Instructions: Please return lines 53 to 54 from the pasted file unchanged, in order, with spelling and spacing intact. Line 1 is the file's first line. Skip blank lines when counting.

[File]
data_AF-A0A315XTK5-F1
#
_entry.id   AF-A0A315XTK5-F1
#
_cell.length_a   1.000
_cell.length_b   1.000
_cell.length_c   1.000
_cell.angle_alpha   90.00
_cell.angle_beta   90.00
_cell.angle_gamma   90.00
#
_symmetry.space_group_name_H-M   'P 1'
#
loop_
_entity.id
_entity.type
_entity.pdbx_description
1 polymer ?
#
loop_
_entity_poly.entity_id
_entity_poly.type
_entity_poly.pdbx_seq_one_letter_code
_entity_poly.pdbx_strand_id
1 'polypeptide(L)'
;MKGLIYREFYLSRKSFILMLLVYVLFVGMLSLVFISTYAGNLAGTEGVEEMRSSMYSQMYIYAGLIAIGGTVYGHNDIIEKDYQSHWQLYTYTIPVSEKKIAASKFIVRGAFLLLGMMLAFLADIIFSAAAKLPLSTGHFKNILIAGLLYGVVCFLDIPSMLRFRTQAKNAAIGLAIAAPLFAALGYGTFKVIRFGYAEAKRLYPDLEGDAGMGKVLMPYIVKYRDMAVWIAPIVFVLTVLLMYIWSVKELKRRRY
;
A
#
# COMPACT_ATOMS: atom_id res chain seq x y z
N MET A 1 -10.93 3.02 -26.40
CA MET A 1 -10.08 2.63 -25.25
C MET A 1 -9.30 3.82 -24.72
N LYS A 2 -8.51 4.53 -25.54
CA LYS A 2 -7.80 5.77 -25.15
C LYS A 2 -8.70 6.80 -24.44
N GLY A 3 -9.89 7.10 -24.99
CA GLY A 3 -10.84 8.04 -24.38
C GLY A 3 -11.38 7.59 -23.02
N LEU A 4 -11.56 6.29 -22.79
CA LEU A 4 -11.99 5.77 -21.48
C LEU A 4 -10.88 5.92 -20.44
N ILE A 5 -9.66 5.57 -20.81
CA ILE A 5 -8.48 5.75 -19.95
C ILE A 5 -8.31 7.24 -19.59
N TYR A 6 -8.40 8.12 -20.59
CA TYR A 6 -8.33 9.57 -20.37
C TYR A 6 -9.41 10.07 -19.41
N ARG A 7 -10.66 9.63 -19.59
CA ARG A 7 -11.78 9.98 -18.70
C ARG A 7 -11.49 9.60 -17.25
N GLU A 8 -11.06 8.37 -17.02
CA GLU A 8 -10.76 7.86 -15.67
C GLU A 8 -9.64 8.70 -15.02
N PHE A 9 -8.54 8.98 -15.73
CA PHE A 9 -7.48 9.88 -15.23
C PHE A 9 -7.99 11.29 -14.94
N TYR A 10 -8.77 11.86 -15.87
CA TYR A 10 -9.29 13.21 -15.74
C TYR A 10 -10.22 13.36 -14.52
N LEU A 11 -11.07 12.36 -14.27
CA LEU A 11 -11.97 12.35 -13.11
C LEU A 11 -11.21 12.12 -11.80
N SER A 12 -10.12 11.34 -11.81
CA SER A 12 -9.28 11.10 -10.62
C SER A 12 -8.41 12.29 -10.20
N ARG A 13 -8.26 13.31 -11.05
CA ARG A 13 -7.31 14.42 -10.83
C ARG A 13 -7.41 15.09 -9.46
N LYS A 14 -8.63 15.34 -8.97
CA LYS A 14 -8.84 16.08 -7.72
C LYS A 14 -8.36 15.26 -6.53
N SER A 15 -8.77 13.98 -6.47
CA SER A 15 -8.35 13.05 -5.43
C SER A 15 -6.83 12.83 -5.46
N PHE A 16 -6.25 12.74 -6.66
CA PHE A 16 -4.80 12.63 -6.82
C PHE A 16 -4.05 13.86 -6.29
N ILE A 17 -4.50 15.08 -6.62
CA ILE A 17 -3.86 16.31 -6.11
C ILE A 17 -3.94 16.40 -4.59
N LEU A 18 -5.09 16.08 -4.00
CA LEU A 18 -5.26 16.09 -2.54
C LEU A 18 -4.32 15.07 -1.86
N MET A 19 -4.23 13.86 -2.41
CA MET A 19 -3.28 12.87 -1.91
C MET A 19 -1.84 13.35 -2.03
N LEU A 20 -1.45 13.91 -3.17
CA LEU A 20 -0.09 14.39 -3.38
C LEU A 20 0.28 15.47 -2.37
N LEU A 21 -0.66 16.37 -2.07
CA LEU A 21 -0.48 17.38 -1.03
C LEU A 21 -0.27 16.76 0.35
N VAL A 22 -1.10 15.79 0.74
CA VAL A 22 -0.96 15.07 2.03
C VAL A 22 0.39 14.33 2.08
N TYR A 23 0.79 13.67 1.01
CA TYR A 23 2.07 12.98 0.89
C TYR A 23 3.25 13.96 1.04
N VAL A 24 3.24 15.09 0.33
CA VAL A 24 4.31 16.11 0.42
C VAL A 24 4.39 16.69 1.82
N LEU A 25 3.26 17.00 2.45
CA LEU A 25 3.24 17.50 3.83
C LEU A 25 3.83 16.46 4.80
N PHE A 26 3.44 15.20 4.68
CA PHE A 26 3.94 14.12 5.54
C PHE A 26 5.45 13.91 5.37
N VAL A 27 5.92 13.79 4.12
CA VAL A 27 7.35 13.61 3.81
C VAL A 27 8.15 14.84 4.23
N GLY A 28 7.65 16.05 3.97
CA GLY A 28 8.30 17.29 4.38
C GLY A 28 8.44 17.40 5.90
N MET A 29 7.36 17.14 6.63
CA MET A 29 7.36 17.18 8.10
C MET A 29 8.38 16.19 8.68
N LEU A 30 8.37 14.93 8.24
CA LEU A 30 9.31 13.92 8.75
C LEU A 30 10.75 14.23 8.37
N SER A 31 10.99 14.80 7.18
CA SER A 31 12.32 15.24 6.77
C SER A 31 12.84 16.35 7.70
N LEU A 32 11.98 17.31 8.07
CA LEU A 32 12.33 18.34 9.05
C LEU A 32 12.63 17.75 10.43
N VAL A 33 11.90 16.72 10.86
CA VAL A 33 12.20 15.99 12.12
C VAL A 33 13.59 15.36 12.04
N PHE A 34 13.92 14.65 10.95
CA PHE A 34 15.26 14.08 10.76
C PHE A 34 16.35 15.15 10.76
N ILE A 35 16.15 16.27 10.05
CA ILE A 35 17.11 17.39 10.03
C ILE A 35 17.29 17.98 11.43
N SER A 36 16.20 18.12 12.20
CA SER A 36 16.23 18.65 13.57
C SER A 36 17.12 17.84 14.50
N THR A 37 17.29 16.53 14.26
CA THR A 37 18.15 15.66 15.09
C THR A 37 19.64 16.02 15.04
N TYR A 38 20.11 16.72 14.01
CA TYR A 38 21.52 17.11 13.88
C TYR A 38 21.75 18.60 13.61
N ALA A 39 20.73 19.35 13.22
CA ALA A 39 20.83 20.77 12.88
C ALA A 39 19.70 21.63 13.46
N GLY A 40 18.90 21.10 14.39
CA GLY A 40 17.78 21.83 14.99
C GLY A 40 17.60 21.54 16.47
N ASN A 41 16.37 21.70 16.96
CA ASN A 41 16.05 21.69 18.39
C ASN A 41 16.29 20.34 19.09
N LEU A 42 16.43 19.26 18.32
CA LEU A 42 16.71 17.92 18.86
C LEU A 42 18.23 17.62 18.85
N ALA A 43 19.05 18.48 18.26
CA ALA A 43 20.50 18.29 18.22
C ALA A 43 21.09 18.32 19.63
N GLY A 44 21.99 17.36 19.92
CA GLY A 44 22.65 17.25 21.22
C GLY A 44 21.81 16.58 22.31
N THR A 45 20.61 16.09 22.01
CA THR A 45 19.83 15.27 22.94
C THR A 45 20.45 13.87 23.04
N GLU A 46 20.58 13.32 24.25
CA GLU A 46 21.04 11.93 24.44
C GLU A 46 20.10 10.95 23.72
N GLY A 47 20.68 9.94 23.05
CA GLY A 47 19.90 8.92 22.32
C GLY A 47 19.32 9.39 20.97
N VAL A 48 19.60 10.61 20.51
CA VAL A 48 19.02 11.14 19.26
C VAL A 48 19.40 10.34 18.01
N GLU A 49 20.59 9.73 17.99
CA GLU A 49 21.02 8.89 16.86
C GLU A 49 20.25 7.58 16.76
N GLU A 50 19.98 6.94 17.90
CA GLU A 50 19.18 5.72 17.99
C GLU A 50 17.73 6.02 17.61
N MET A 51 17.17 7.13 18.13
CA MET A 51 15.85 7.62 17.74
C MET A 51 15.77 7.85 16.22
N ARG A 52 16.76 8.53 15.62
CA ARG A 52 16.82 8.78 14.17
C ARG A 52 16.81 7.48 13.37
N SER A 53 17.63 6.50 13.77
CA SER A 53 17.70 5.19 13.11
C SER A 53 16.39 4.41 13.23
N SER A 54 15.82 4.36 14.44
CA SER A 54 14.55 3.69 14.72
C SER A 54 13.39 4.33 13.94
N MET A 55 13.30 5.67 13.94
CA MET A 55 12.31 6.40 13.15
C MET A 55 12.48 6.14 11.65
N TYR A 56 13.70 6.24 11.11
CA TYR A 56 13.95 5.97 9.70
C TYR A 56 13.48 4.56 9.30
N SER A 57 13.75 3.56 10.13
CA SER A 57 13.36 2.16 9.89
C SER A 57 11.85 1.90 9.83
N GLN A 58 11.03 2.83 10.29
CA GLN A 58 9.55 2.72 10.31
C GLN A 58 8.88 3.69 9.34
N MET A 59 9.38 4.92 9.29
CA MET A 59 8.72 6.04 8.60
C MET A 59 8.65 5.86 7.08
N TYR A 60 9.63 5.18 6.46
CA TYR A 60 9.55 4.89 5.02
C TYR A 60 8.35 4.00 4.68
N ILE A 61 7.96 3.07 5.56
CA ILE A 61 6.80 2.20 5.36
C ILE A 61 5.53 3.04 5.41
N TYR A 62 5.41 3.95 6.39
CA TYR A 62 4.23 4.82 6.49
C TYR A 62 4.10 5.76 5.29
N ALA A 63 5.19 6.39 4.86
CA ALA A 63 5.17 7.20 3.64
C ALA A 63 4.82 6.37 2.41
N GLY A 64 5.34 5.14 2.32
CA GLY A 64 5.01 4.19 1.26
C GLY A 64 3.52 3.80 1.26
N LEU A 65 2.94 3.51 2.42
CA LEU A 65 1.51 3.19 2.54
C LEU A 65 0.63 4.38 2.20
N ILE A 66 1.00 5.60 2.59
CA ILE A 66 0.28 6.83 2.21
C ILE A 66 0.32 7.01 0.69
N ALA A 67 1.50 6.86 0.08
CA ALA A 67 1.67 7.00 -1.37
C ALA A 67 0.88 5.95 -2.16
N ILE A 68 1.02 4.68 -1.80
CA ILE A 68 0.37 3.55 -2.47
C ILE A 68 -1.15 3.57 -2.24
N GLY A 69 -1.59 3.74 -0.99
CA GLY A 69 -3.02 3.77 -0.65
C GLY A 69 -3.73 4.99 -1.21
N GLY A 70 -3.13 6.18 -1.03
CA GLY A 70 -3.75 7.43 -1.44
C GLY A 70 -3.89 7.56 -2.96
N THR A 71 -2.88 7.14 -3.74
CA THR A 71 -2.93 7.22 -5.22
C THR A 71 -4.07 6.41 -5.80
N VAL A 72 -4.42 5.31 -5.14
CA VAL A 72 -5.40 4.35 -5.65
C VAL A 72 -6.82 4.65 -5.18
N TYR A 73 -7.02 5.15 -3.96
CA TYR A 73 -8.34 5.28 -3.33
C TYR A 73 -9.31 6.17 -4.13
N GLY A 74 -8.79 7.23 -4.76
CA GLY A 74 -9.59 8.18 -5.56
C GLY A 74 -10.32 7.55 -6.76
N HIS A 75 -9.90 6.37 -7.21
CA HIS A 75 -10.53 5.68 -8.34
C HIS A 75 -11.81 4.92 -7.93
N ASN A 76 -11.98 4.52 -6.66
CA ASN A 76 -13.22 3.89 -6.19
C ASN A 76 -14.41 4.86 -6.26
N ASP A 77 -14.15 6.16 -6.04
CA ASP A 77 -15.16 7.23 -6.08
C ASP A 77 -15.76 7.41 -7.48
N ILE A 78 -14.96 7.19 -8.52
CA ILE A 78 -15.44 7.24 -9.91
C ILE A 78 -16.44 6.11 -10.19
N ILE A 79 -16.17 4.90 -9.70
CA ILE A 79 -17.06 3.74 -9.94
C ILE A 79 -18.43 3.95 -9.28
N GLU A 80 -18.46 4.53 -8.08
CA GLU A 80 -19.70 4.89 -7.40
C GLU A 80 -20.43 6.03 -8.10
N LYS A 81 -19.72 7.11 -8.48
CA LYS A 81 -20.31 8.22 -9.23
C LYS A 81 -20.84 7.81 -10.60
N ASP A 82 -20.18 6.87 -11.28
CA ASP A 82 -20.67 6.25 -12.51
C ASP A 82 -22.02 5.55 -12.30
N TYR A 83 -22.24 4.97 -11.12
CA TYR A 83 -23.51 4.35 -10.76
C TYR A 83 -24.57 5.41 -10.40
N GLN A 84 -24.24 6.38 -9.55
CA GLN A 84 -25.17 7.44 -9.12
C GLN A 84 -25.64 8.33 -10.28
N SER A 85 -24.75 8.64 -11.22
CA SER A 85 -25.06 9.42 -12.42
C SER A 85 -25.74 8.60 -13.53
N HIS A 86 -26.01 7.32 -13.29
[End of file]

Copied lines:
CA GLU A 8 -10.76 7.86 -15.67
C GLU A 8 -9.64 8.70 -15.02